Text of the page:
In 1965, a relatively young Gordon Moore penned his now legendary paper with the scholarly title, “Cramming More Components onto Integrated Circuits.”
That paper, by the future Intel co-founder, is widely celebrated as the original inspiration for Moore’s Law, which states roughly that the number of transistors that can be installed on an integrated circuit doubles every two years. His breakthrough observation became a sort of guiding principle for the still very young computer industry. During the next 30 years, it was often difficult to tell if chip and computer manufacturers were proving Moore’s theory, or following it like some kind of law.
However, a closer look at the formation document reveals something interesting: Moore never, at least not in that paper, said what his law has come to mean. Yes, the 1965 paper written for Electronics magazine focuses heavily on how many components can fit on a circuit, and which factors will impact that growing number; but it wasn’t until 1975 that the idea that transistors would double every year or two emerged.
The 1965 paper, which celebrates its 50th anniversary on Sunday, can therefore be viewed as something that eventually gave rise to one of the computer industry’s most iconic intellectual underpinnings. However, even without the now legendary law, the groundbreaking paper marked the start of a new movement and some incredible intelligence and foresight on Moore’s part.
Moore’s paper starts off with a bang, and is as close as he gets to the Moore’s Law concept:
With unit cost falling as the number of components per circuit rises, by 1975, economics may dictate squeezing as many as 65,000 components on a single silicon chip.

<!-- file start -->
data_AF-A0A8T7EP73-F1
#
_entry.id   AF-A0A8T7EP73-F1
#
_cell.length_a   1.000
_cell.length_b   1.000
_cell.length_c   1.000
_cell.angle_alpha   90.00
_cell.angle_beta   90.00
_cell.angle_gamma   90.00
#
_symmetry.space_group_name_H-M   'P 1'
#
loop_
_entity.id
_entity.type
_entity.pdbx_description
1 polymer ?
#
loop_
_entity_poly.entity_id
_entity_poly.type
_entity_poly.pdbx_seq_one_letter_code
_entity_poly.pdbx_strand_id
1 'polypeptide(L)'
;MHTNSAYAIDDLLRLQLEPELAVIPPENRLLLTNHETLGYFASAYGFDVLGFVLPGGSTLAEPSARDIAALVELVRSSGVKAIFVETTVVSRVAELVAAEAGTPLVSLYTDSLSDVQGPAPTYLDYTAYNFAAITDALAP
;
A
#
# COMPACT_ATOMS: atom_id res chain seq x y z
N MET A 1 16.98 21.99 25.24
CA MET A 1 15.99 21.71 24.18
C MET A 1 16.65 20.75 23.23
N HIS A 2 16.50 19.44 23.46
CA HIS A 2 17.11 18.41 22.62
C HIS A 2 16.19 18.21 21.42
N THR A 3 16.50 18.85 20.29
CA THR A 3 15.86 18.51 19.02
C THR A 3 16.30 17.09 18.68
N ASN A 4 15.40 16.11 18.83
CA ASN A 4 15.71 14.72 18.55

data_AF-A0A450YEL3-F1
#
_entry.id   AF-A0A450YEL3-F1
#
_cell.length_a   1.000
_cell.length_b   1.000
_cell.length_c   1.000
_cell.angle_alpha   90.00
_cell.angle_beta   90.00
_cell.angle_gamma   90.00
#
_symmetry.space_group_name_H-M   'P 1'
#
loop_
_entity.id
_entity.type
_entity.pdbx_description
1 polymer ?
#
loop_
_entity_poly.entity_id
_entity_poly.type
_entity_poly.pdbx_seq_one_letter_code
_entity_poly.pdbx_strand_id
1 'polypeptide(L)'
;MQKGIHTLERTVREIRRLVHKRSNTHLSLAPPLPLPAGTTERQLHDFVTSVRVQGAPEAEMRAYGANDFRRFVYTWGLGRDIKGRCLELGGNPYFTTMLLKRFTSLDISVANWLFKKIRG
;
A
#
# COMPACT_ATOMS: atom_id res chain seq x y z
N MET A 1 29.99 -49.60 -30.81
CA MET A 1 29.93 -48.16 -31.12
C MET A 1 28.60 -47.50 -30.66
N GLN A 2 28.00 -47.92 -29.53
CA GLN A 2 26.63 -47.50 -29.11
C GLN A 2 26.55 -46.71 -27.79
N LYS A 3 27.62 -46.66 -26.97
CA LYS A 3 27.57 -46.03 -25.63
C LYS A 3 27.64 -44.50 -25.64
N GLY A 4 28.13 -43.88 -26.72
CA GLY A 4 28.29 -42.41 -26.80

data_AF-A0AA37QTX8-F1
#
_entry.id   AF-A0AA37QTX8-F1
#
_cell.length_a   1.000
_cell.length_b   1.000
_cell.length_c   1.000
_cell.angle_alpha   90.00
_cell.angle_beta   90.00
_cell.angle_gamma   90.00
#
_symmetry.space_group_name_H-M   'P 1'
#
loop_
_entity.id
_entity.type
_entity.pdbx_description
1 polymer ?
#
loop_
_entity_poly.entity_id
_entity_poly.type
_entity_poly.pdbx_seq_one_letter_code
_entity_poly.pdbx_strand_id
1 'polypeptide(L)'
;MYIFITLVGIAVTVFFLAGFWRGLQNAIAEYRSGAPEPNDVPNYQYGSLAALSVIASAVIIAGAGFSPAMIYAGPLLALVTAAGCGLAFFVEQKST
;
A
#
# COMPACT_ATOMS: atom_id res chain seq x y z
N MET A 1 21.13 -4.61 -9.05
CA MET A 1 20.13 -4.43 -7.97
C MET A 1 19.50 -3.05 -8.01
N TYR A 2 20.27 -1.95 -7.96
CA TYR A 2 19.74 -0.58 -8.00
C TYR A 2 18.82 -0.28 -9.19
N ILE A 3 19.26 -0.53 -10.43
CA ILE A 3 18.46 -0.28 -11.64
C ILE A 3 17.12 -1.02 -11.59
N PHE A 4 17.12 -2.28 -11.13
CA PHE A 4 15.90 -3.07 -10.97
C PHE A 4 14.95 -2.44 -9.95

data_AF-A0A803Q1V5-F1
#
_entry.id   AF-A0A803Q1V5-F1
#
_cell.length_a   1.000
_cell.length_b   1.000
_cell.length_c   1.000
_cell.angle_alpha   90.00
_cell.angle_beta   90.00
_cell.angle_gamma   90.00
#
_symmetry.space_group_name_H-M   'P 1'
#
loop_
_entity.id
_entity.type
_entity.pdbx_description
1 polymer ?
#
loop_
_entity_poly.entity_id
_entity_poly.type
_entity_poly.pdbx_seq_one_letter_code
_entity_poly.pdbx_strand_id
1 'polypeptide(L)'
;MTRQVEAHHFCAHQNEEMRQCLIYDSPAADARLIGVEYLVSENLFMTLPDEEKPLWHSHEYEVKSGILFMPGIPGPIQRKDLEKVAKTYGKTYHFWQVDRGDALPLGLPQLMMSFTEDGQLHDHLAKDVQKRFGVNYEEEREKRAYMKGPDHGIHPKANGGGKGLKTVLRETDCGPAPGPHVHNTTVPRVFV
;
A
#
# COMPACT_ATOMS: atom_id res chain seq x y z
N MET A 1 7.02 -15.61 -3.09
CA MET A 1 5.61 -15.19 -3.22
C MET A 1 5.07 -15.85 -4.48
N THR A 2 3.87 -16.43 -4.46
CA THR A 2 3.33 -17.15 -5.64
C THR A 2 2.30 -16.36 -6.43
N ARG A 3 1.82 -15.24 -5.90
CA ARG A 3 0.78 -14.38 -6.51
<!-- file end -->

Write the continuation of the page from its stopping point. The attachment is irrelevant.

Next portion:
In a section that deals with the cost of building these circuits, Moore explains that the cost of squeezing in additional components falls until the yield levels — the number of final circuit boards that actually work— start to fall. At that point, the costs tend to increase dramatically.
As components are added, decreased yields more than compensate for the increased complexity, tending to raise… The cost per component. Thus there is a minimum cost at any given time in the evolution of the technology. At present, it is reached when 50 components are used per circuit. But the minimum is rising rapidly while the entire cost curve is falling (see graph).
Moore noted, however, that the minimum cost for these circuits would fall dramatically in five years. “In 1970, the manufacturing cost per component can be expected to be only a tenth of the present cost,” he said.
Looking at this section, it’s also clear the “law” was already in Moore’s head. He states that they had, in 1965, roughly five components per circuit. In 1970, he expected “about 1,000. It’s not exactly a yearly doubling, but it’s pretty close.
The paper never discusses the number of transistors on a chip. In fact, he only mentions the term “transistors” twice in the entire thing.
By 1975, Moore formalized the concept when he revised his original notion, and said the number of integrated circuit (IC) components would double every two years.
None of this makes Moore’s Law any less valid. It’s just worth noting that what we’re celebrating was, 50 years ago, a somewhat more vague notion than most people currently believe.
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